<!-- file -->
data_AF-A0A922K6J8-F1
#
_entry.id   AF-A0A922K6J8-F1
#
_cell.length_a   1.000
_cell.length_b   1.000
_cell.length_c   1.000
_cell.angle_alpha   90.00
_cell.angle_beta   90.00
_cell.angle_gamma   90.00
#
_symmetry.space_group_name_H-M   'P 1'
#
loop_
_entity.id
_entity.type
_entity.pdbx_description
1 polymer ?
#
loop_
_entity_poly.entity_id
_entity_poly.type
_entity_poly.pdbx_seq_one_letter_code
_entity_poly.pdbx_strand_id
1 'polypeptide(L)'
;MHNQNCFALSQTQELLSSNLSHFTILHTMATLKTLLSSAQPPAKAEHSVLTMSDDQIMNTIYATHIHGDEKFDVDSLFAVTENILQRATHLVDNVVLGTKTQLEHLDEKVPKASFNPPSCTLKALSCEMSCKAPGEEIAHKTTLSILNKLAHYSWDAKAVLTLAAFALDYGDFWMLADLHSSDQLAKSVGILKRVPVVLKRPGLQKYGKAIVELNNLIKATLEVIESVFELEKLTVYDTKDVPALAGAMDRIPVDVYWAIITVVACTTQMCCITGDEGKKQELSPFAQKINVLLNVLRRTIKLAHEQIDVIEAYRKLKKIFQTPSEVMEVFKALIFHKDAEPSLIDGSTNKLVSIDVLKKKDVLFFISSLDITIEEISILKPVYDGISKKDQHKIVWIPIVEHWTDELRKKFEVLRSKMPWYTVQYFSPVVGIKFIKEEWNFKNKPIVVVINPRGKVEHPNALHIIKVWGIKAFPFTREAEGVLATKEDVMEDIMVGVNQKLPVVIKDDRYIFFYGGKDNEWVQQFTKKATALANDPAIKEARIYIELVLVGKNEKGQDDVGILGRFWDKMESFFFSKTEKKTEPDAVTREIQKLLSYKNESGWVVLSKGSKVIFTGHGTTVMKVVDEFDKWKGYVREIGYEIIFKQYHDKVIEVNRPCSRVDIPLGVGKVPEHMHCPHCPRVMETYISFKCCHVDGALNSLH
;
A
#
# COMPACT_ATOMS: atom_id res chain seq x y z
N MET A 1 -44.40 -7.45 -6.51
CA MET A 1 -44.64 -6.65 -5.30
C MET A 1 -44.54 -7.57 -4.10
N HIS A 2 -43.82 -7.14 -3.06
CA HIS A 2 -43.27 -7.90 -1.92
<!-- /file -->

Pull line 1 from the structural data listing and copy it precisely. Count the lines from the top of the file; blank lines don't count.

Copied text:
data_AF-A0A922K6J8-F1